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Chatel, Ferdinand Toussaint


French priest, founder of the Église catholique française; b. Gannat (Allier), Jan. 9, 1795; d. Paris, Feb. 13, 1857. Chatel, who came from a poor family, was ordained (1818) after seminary training under the Sulpicians. He served three years in parish work and then acted as a military chaplain until 1830. In that year he was reprimanded by the archbishop of Paris for unorthodox opinions expressed in periodical articles. In 1831 in Paris Chatel started his own sect, l'Église catholique française (French Catholic Church), which gained a limited following for a few years. It was redolent of deism and rationalism and abolished auricular confession, fasting, and clerical celibacy and substituted the vernacular for Latin in the liturgy. Chatel assumed the title "primate of the Gauls" after going through a ceremony of episcopal consecration performed by Bernard Fabré-Palaprat, who falsely claimed to be a bishop. Before long Abbé Auzou, one of the members, parted company with Chatel and took most of the members of the cult with him. Later differences led to further splinterings. The group's political radicalism caused the police to close the temple in Paris (1842). Chatel was imprisoned for a time and then fled to Belgium, but by 1843 he was back in Paris, where he agitated for the emancipation of women, divorce, and socialism. By the time of his death, unreconciled with the Church, Chatel was impoverished and almost alone.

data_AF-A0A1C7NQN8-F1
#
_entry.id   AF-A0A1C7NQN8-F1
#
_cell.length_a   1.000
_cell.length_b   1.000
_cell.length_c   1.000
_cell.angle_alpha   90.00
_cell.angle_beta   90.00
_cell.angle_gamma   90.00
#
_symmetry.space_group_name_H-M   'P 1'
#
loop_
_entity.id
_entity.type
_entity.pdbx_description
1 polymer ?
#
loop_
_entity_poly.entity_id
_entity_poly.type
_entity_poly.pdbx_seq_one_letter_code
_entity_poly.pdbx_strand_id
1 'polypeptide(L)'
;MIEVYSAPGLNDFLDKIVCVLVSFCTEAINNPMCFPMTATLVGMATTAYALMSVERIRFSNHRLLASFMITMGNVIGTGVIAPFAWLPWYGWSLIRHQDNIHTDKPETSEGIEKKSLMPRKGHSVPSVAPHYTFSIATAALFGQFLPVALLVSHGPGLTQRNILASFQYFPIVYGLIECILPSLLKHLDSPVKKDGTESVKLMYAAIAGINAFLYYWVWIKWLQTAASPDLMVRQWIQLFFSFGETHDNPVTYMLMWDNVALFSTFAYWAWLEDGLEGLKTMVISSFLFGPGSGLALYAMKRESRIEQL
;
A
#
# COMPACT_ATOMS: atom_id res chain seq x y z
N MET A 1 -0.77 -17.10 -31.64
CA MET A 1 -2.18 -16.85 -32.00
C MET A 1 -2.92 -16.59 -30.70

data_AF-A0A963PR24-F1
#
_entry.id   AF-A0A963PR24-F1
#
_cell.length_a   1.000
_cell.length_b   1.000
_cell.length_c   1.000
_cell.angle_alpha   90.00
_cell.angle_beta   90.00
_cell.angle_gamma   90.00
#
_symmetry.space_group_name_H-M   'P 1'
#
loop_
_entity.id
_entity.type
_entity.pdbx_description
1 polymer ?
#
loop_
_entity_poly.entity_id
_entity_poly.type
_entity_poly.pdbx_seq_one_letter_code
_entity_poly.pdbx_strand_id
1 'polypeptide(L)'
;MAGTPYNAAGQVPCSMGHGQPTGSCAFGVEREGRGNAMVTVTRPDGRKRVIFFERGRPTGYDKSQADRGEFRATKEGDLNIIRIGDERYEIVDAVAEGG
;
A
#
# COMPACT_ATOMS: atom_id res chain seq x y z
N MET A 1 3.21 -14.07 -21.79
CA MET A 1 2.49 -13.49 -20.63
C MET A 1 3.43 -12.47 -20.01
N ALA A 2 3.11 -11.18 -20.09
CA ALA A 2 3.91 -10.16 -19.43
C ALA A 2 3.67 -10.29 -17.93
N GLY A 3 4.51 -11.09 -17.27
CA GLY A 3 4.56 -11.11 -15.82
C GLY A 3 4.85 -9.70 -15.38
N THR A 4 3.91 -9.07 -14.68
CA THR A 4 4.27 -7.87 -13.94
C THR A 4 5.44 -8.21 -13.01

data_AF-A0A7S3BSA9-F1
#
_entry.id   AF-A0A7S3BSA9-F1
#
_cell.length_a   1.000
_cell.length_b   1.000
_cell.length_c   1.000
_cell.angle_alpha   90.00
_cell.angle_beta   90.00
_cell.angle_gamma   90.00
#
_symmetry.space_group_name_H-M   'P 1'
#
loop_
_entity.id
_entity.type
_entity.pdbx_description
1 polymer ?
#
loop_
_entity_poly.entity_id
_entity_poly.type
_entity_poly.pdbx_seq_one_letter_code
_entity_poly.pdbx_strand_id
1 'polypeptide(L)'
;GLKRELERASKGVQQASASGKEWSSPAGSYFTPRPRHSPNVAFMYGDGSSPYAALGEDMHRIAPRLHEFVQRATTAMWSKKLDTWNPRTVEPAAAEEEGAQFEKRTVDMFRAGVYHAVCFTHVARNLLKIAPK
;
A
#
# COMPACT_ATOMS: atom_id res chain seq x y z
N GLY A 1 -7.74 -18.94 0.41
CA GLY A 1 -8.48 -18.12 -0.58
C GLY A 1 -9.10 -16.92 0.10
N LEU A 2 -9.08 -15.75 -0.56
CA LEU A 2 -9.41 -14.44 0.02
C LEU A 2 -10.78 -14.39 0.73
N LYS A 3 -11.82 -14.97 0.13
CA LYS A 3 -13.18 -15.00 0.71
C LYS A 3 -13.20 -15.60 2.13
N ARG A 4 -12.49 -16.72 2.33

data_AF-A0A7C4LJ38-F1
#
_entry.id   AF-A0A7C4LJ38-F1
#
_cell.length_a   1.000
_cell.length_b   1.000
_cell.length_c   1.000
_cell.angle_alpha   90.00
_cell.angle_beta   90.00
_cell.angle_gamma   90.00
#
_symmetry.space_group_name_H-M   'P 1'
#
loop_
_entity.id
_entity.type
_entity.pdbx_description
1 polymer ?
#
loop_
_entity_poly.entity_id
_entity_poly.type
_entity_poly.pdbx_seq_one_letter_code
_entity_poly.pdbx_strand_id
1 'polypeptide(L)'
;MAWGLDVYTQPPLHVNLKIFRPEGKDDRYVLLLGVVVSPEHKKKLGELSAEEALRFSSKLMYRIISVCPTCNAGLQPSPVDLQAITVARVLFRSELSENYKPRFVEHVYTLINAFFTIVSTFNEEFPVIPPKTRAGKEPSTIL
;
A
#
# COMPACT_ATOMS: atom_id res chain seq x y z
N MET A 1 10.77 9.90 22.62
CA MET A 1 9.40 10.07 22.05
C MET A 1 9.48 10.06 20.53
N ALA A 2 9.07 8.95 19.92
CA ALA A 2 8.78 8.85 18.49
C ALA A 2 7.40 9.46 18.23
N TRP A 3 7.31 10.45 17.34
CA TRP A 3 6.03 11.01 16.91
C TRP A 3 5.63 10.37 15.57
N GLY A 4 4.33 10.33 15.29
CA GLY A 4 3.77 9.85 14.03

Bibliography: e. mangenot, Dictionnaire de théologie catholique, ed., a. vacant et al. (Paris 190350) 2.2:233950. r. limouzin-lamothe, Dictionnaire de biographie française (Paris 1929) 8:784785.

[l. p. mahoney]

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